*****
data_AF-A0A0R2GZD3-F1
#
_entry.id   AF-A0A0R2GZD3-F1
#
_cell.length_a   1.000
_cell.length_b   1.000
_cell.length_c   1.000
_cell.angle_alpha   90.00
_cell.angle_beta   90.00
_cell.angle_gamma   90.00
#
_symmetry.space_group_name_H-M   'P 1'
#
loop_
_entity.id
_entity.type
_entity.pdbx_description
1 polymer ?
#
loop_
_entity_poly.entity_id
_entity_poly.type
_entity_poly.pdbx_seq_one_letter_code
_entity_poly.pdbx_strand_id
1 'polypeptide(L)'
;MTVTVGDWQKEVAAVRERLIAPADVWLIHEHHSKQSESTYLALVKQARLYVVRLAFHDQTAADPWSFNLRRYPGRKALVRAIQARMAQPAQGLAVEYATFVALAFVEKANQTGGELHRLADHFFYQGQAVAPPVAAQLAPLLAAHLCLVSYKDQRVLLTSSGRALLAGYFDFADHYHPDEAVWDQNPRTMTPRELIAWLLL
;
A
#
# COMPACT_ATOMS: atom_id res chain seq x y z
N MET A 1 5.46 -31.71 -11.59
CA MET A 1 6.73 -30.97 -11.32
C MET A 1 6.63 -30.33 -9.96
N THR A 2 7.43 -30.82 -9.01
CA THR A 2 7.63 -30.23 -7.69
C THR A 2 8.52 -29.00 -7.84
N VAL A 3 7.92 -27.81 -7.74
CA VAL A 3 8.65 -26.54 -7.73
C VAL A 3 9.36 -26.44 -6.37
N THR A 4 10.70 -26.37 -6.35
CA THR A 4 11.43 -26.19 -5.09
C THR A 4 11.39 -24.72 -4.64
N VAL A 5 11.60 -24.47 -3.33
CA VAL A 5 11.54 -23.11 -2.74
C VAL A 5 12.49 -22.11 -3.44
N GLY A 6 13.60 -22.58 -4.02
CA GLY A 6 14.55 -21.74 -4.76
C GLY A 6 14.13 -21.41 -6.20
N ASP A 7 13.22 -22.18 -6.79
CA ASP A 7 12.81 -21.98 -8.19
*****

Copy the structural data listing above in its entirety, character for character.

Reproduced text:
data_AF-A0A0R2GZD3-F1
#
_entry.id   AF-A0A0R2GZD3-F1
#
_cell.length_a   1.000
_cell.length_b   1.000
_cell.length_c   1.000
_cell.angle_alpha   90.00
_cell.angle_beta   90.00
_cell.angle_gamma   90.00
#
_symmetry.space_group_name_H-M   'P 1'
#
loop_
_entity.id
_entity.type
_entity.pdbx_description
1 polymer ?
#
loop_
_entity_poly.entity_id
_entity_poly.type
_entity_poly.pdbx_seq_one_letter_code
_entity_poly.pdbx_strand_id
1 'polypeptide(L)'
;MTVTVGDWQKEVAAVRERLIAPADVWLIHEHHSKQSESTYLALVKQARLYVVRLAFHDQTAADPWSFNLRRYPGRKALVRAIQARMAQPAQGLAVEYATFVALAFVEKANQTGGELHRLADHFFYQGQAVAPPVAAQLAPLLAAHLCLVSYKDQRVLLTSSGRALLAGYFDFADHYHPDEAVWDQNPRTMTPRELIAWLLL
;
A
#
# COMPACT_ATOMS: atom_id res chain seq x y z
N MET A 1 5.46 -31.71 -11.59
CA MET A 1 6.73 -30.97 -11.32
C MET A 1 6.63 -30.33 -9.96
N THR A 2 7.43 -30.82 -9.01
CA THR A 2 7.63 -30.23 -7.69
C THR A 2 8.52 -29.00 -7.84
N VAL A 3 7.92 -27.81 -7.74
CA VAL A 3 8.65 -26.54 -7.73
C VAL A 3 9.36 -26.44 -6.37
N THR A 4 10.70 -26.37 -6.35
CA THR A 4 11.43 -26.19 -5.09
C THR A 4 11.39 -24.72 -4.64
N VAL A 5 11.60 -24.47 -3.33
CA VAL A 5 11.54 -23.11 -2.74
C VAL A 5 12.49 -22.11 -3.44
N GLY A 6 13.60 -22.58 -4.02
CA GLY A 6 14.55 -21.74 -4.76
C GLY A 6 14.13 -21.41 -6.20
N ASP A 7 13.22 -22.18 -6.79
CA ASP A 7 12.81 -21.98 -8.19